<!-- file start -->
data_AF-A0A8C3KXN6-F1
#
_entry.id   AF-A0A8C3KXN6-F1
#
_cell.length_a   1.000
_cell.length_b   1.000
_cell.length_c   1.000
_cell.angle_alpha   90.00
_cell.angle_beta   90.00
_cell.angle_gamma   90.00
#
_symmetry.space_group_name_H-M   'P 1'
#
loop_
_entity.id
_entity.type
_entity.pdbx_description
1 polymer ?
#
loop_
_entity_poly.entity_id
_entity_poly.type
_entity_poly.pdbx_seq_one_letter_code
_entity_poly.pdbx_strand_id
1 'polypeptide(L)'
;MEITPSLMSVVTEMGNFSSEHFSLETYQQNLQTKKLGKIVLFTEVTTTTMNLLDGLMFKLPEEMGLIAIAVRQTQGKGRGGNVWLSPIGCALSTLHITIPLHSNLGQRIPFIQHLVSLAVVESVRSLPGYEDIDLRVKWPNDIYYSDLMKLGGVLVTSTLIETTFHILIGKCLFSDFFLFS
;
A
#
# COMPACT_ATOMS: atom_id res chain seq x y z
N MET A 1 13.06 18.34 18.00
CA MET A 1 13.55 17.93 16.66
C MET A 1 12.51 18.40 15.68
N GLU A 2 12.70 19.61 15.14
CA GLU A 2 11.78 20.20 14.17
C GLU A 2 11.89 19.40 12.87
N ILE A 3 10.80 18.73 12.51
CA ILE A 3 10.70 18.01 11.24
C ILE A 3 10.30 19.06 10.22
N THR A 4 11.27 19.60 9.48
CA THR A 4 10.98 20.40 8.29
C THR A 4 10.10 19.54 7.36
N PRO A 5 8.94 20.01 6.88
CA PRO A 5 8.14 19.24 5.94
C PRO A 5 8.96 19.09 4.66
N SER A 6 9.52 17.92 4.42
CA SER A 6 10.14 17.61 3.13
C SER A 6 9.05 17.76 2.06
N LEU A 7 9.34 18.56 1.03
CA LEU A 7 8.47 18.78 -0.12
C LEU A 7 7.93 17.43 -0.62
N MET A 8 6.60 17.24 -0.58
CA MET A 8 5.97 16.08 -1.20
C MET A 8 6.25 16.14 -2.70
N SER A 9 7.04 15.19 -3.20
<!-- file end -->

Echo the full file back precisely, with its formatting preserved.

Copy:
data_AF-A0A8C3KXN6-F1
#
_entry.id   AF-A0A8C3KXN6-F1
#
_cell.length_a   1.000
_cell.length_b   1.000
_cell.length_c   1.000
_cell.angle_alpha   90.00
_cell.angle_beta   90.00
_cell.angle_gamma   90.00
#
_symmetry.space_group_name_H-M   'P 1'
#
loop_
_entity.id
_entity.type
_entity.pdbx_description
1 polymer ?
#
loop_
_entity_poly.entity_id
_entity_poly.type
_entity_poly.pdbx_seq_one_letter_code
_entity_poly.pdbx_strand_id
1 'polypeptide(L)'
;MEITPSLMSVVTEMGNFSSEHFSLETYQQNLQTKKLGKIVLFTEVTTTTMNLLDGLMFKLPEEMGLIAIAVRQTQGKGRGGNVWLSPIGCALSTLHITIPLHSNLGQRIPFIQHLVSLAVVESVRSLPGYEDIDLRVKWPNDIYYSDLMKLGGVLVTSTLIETTFHILIGKCLFSDFFLFS
;
A
#
# COMPACT_ATOMS: atom_id res chain seq x y z
N MET A 1 13.06 18.34 18.00
CA MET A 1 13.55 17.93 16.66
C MET A 1 12.51 18.40 15.68
N GLU A 2 12.70 19.61 15.14
CA GLU A 2 11.78 20.20 14.17
C GLU A 2 11.89 19.40 12.87
N ILE A 3 10.80 18.73 12.51
CA ILE A 3 10.70 18.01 11.24
C ILE A 3 10.30 19.06 10.22
N THR A 4 11.27 19.60 9.48
CA THR A 4 10.98 20.40 8.29
C THR A 4 10.10 19.54 7.36
N PRO A 5 8.94 20.01 6.88
CA PRO A 5 8.14 19.24 5.94
C PRO A 5 8.96 19.09 4.66
N SER A 6 9.52 17.92 4.42
CA SER A 6 10.14 17.61 3.13
C SER A 6 9.05 17.76 2.06
N LEU A 7 9.34 18.56 1.03
CA LEU A 7 8.47 18.78 -0.12
C LEU A 7 7.93 17.43 -0.62
N MET A 8 6.60 17.24 -0.58
CA MET A 8 5.97 16.08 -1.20
C MET A 8 6.25 16.14 -2.70
N SER A 9 7.04 15.19 -3.20